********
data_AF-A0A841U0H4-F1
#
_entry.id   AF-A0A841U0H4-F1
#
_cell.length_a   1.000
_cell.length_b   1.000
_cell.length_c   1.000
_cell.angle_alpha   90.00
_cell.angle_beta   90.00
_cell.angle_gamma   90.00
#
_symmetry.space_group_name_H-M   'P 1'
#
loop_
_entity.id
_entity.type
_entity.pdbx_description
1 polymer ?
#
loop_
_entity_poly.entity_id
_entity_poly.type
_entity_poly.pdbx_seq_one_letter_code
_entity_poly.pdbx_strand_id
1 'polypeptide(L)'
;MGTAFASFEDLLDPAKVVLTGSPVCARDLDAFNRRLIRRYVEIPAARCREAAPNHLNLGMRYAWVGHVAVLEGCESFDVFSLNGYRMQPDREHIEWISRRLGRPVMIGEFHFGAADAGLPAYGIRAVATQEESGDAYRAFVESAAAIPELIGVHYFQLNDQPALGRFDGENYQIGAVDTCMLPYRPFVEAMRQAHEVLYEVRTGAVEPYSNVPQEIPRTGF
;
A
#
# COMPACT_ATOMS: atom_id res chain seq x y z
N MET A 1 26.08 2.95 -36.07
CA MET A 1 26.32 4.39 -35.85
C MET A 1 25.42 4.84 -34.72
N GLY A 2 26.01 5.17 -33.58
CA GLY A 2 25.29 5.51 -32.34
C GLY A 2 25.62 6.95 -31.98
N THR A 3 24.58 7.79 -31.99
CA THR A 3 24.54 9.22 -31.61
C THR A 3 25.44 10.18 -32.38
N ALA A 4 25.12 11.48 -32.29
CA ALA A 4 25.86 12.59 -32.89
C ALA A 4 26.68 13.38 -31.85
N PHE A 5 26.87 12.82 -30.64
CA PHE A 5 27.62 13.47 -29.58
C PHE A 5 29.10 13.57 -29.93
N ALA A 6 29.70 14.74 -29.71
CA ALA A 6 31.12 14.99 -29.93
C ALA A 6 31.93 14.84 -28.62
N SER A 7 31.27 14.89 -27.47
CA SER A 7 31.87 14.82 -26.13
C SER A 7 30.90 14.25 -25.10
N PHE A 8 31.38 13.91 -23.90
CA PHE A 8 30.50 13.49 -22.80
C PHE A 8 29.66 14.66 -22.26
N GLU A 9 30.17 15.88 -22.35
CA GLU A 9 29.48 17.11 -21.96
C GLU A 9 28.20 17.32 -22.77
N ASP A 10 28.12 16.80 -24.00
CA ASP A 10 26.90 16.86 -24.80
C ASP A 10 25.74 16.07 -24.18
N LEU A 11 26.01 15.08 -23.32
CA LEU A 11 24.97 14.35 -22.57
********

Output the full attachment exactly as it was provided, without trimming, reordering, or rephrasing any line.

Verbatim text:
data_AF-A0A841U0H4-F1
#
_entry.id   AF-A0A841U0H4-F1
#
_cell.length_a   1.000
_cell.length_b   1.000
_cell.length_c   1.000
_cell.angle_alpha   90.00
_cell.angle_beta   90.00
_cell.angle_gamma   90.00
#
_symmetry.space_group_name_H-M   'P 1'
#
loop_
_entity.id
_entity.type
_entity.pdbx_description
1 polymer ?
#
loop_
_entity_poly.entity_id
_entity_poly.type
_entity_poly.pdbx_seq_one_letter_code
_entity_poly.pdbx_strand_id
1 'polypeptide(L)'
;MGTAFASFEDLLDPAKVVLTGSPVCARDLDAFNRRLIRRYVEIPAARCREAAPNHLNLGMRYAWVGHVAVLEGCESFDVFSLNGYRMQPDREHIEWISRRLGRPVMIGEFHFGAADAGLPAYGIRAVATQEESGDAYRAFVESAAAIPELIGVHYFQLNDQPALGRFDGENYQIGAVDTCMLPYRPFVEAMRQAHEVLYEVRTGAVEPYSNVPQEIPRTGF
;
A
#
# COMPACT_ATOMS: atom_id res chain seq x y z
N MET A 1 26.08 2.95 -36.07
CA MET A 1 26.32 4.39 -35.85
C MET A 1 25.42 4.84 -34.72
N GLY A 2 26.01 5.17 -33.58
CA GLY A 2 25.29 5.51 -32.34
C GLY A 2 25.62 6.95 -31.98
N THR A 3 24.58 7.79 -31.99
CA THR A 3 24.54 9.22 -31.61
C THR A 3 25.44 10.18 -32.38
N ALA A 4 25.12 11.48 -32.29
CA ALA A 4 25.86 12.59 -32.89
C ALA A 4 26.68 13.38 -31.85
N PHE A 5 26.87 12.82 -30.64
CA PHE A 5 27.62 13.47 -29.58
C PHE A 5 29.10 13.57 -29.93
N ALA A 6 29.70 14.74 -29.71
CA ALA A 6 31.12 14.99 -29.93
C ALA A 6 31.93 14.84 -28.62
N SER A 7 31.27 14.89 -27.47
CA SER A 7 31.87 14.82 -26.13
C SER A 7 30.90 14.25 -25.10
N PHE A 8 31.38 13.91 -23.90
CA PHE A 8 30.50 13.49 -22.80
C PHE A 8 29.66 14.66 -22.26
N GLU A 9 30.17 15.88 -22.35
CA GLU A 9 29.48 17.11 -21.96
C GLU A 9 28.20 17.32 -22.77
N ASP A 10 28.12 16.80 -24.00
CA ASP A 10 26.90 16.86 -24.80
C ASP A 10 25.74 16.07 -24.18
N LEU A 11 26.01 15.08 -23.32
CA LEU A 11 24.97 14.35 -22.57